The Mystery of Three Quarters by Sophie Hannah
Published by: Harper Collins
Fiction, 284 pages
Rating: 3.75/5 stars
Returning home after lunch one day, Hercule Poirot finds an angry woman waiting outside his front door. She demands to know why Poirot has sent her a letter accusing her of the murder of Barnabas Pandy, a man she has neither heard of nor ever met.
Poirot has also never heard of a Barnabas Pandy, and has accused nobody of murder. Shaken, he goes inside, only to find that he has a visitor waiting for him — a man who also claims also to have received a letter from Poirot that morning, accusing him of the murder of Barnabas Pandy…
Poirot wonders how many more letters of this sort has been sent in his name. Who sent them, and why? More importantly, who is Barnabas Pandy, is he dead, and, if so, was he murdered? And can Poirot find out the answers without putting more lives in danger?
About the author:
Sophie Hannah is an internationally bestselling writer of psychological crime fiction, and published in 27 countries. In 2013, her novel, The Carrier, won the Crime Thriller of the Year Award at the Specsavers National Book Awards. Two of Sophie’s crime novels have been adapted for television and appeared on ITV1. In 2004, Sophie won first prize in the Daphne Du Maurier Festival Short Story Competition for her suspense story The Octopus Nest.
*Thank you Harper Collins India for this review copy! All opinions are my own.
It is a fact that no other writer can ever fill in the shoes of the original writer, more so when the original one has a cult following: there are bound to be comparisons and a drawing of ranks. I am really glad that Sophie Hannah has resurrected Hercule Poirot and though I have not read any of her writings before I got hold of this copy, I must say I enjoyed turning the pages, following Poirrot as he tries to convince 4 people that he hasn’t written them separate letters accusing them of murdering someone he does not know at all!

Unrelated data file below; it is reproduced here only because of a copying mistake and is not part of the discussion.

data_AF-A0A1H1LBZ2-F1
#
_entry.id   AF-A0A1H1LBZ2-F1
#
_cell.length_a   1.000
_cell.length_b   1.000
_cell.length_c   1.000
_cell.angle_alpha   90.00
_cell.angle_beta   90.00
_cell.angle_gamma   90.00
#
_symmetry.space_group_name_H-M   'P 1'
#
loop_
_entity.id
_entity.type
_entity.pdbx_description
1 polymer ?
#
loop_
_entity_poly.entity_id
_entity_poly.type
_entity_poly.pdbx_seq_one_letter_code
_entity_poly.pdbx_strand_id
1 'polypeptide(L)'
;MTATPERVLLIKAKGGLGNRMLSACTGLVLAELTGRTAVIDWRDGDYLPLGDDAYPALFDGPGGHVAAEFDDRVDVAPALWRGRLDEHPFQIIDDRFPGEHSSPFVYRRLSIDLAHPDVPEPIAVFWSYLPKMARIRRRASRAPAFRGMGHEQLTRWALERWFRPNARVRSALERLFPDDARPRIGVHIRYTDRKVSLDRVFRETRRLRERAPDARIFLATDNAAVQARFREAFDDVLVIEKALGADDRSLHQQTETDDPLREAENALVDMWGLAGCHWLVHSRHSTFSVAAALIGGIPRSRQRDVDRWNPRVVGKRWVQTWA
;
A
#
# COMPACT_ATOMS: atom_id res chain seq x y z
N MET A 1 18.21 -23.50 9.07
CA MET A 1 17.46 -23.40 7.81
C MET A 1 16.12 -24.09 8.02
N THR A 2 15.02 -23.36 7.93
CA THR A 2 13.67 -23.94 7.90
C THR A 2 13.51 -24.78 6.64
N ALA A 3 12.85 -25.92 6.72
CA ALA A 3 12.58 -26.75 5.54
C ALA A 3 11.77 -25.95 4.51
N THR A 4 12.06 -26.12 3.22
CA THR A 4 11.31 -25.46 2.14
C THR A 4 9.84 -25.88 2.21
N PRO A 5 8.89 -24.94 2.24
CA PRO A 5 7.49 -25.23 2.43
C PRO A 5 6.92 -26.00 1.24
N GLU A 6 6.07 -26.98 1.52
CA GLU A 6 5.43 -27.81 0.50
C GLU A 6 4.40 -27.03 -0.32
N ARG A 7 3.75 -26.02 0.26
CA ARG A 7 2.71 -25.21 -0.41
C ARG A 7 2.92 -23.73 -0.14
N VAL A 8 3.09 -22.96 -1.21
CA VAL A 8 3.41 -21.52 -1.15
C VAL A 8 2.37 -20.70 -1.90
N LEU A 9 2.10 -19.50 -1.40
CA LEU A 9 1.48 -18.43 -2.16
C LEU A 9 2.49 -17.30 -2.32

Assisting Poirot and serving as the narrator is Inspector Edward Catchpool whose name gives me a happy chuckle since it rhymes with Deadpool (!) and whose reflections on Poirot’s eccentricities serve as the perfect balance for the later’s self admiration for his cleverness.
The Mystery of Three Quarters is in the template of Christie’s Poirot series that uses the process of deduction and elimination to arrive at the core of mystery solving. Poirot of course always loves an audience and we see that in the way all suspects are brought together towards the finale of this narrative that accuses four people of having murdered someone. I loved the back stories of the characters in the story and the way they are linked to each other: there are secrets, there is family drama and of course, a house help.
The best thing about a majority part of the book is how readers are strung along the way into looking at why and how an old man, Barnabas Pandy has been killed. It is only in the last quarter of the book that one finds out things are not as they have been set for us. So yes! The red herrings that are so integral in Christie’s works are there and so are the usual suspects. The play of ‘three quarters’ doffs its head perfectly to the narrative and I loved the interplay of views on death by hanging/capital punishment for certain criminal acts versus the call for life imprisonment.
With temperatures dropping in Imphal, I thoroughly enjoyed this read. I will definitely recommend this to fans of Christie’s writing style. But yes! If you do keep aside your instincts to compare Christie with Sophie Hannah, you will enjoy this much better!